The Company That’s Revolutionizing MLB Belts
Thanks to custom colors, personal monograms, and exotic leathers, the most overlooked uniform element is no longer an afterthought — and it’s also no longer uniform.
No part of the baseball uniform has received less attention over the years — both from fans and from Uni Watch — than the belt. And that’s understandable, because the belt’s role has usually been strictly utilitarian: The equipment manager puts the same basic belt in each player’s locker, the players wear them, and that’s that.
Lately, though, that’s been changing. If you watch an MLB game nowadays, there’s a decent chance that at least one of the teams will have inconsistent belt colors.
If you look closely, you’ll probably also see some players wearing their uniform numbers on their belts, although the location of the number varies from player to player.
Occasionally you’ll see something more unorthodox, like the snakeskin belt that Diamondbacks pitcher Zac Gallen has been wearing with his City Connect uniform this year (which I wrote about a few months ago on the Uni Watch blog).
For the most part, these new customized belts are rendered in team colors. But occasionally you’ll see someone wearing a belt that doesn’t sync with the team’s color scheme.
To be sure, most MLB players still wear the standard-issue belt, but more and more of their teammates are now going with the custom waistwear. While the intersection of pant and sock is still the least uniform part of the MLB uniform, the belt is not far behind — a once-unthinkable development. At this point, the belt is straddling two worlds: For some players, it’s a team-issued uniform element; for others, it’s a piece of customized personal equipment with a range of expressive possibilities, much like batting gloves or wristbands.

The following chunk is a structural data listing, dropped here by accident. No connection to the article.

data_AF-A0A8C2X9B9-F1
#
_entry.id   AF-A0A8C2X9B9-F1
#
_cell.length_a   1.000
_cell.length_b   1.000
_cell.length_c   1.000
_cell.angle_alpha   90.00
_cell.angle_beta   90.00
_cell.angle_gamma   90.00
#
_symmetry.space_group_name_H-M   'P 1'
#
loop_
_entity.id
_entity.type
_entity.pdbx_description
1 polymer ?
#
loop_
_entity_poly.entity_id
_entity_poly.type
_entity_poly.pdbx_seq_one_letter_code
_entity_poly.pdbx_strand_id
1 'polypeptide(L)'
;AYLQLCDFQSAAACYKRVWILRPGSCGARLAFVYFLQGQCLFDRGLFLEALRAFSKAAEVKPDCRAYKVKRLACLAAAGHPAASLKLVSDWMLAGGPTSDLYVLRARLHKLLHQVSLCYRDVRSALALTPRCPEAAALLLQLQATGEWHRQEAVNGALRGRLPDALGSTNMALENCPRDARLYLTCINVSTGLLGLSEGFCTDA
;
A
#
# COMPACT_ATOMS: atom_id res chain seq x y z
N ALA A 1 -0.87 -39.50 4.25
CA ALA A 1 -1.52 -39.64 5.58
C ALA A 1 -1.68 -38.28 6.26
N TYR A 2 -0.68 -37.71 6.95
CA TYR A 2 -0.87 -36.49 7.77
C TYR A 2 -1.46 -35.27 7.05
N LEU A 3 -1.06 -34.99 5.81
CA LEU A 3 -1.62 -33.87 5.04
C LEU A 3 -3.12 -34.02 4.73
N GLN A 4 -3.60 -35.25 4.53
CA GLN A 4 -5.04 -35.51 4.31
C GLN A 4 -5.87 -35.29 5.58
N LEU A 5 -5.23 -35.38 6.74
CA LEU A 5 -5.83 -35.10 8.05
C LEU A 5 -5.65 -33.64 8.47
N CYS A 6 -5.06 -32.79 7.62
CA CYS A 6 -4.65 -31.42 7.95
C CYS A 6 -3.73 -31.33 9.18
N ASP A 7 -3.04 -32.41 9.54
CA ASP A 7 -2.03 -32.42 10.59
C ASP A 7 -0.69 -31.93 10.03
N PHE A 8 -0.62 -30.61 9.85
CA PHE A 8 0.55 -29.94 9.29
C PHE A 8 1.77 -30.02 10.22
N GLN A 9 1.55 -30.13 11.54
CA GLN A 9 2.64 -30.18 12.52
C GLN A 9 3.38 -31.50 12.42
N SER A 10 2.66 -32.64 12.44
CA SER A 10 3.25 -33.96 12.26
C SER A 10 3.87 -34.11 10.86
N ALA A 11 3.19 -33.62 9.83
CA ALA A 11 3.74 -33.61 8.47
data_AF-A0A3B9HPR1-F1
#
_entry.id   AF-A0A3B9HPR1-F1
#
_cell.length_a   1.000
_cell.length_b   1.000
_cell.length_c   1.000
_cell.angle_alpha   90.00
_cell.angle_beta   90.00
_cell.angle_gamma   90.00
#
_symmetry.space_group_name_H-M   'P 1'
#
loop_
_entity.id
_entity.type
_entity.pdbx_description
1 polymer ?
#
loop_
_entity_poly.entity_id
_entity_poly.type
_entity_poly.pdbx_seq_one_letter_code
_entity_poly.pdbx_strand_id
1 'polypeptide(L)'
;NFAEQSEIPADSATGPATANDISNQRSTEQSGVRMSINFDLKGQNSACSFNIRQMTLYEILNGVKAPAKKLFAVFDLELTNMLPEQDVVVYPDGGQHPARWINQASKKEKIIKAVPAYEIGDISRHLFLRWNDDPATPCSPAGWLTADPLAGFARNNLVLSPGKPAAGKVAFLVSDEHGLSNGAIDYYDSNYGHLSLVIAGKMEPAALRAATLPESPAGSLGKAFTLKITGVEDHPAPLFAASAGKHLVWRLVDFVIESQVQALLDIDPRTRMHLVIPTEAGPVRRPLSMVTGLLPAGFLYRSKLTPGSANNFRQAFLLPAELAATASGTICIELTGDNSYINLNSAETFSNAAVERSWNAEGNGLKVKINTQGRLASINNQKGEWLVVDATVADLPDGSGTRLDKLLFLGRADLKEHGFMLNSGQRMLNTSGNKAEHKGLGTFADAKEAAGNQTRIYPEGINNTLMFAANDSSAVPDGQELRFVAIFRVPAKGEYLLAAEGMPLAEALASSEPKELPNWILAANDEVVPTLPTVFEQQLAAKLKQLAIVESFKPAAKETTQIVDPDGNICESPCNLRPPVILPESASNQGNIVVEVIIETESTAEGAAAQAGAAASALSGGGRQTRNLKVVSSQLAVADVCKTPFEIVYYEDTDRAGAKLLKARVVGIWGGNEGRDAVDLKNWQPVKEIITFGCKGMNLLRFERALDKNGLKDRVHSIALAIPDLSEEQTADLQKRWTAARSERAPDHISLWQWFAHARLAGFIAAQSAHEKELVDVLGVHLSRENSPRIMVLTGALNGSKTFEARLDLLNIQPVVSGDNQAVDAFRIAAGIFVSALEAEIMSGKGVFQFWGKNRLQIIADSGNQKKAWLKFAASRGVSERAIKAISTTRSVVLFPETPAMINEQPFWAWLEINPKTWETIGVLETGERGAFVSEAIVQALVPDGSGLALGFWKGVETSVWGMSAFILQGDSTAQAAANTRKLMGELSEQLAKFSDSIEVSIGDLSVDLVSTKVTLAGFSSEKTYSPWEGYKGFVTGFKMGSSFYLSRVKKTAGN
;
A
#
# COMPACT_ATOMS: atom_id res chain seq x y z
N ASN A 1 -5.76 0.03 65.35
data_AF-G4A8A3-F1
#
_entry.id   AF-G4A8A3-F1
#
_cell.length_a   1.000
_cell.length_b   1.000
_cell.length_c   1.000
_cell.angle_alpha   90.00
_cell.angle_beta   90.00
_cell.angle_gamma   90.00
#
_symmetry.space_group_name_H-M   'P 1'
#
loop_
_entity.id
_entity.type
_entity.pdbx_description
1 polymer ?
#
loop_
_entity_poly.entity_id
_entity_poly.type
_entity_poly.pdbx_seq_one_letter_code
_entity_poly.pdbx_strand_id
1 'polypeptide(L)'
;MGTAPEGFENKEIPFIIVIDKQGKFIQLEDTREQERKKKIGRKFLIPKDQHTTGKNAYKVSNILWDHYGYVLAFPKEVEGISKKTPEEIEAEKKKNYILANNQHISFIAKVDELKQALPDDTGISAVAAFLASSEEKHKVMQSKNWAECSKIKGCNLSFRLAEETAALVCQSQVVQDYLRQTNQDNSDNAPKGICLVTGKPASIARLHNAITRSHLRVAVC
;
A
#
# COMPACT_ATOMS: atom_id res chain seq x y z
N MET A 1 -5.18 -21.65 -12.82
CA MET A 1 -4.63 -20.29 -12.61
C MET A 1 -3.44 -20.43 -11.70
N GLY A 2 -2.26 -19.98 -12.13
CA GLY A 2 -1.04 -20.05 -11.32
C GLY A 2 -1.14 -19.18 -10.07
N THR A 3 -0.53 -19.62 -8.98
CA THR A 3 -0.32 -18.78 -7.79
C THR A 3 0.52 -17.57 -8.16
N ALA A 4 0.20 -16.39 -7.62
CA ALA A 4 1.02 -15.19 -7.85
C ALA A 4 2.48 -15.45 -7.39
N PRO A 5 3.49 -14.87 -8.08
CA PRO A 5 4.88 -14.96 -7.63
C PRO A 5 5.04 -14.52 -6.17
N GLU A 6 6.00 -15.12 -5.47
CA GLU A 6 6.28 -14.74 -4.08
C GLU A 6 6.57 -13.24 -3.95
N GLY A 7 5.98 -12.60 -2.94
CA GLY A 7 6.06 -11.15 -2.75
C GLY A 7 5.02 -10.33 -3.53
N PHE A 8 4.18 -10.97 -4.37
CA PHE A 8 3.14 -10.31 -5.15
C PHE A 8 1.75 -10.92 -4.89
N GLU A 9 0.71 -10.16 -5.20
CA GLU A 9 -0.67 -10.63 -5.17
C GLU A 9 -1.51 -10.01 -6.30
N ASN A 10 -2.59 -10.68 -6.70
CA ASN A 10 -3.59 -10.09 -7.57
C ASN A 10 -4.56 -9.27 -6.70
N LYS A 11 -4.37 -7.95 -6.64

Almost all of these customized belts are made by a Texas company called Nokona. If that name sounds familiar, it’s probably because Nokona has been making baseball gloves since the 1930s. Since they have a deep history with leather goods, they recently started offering customized baseball belts, which they call ShowBelts.
You can see Nokona’s little diamond-shaped logo on the belts in the photo shown above. (The full word “Nokona” is actually there, but it’s usually hard to make out the rest of the letters because only the diamond-shaped “o” is contrast-colored, while the other letters are just debossed into the belt.) You can sometimes see the belt logo peeking out during an MLB game.
Just like Nike and other uniform vendors have uni-builder interfaces that allow teams to design their own uniforms, Nokona’s website has a belt-builder function that lets players (or anyone else) choose their belt color, buckle finish, thread color, and a lot more.
I know from interacting with Uni Watch readers that some fans like the varied look of the new belts while others bemoan the lack of uniformity. Either way, I thought it would be interesting to learn more about how Nokona gained a foothold in the MLB belt market, so I recently interviewed Chip Sivak, the company’s director of sales and marketing. Here’s a transcript of our Zoom conversation, edited for length and clarity.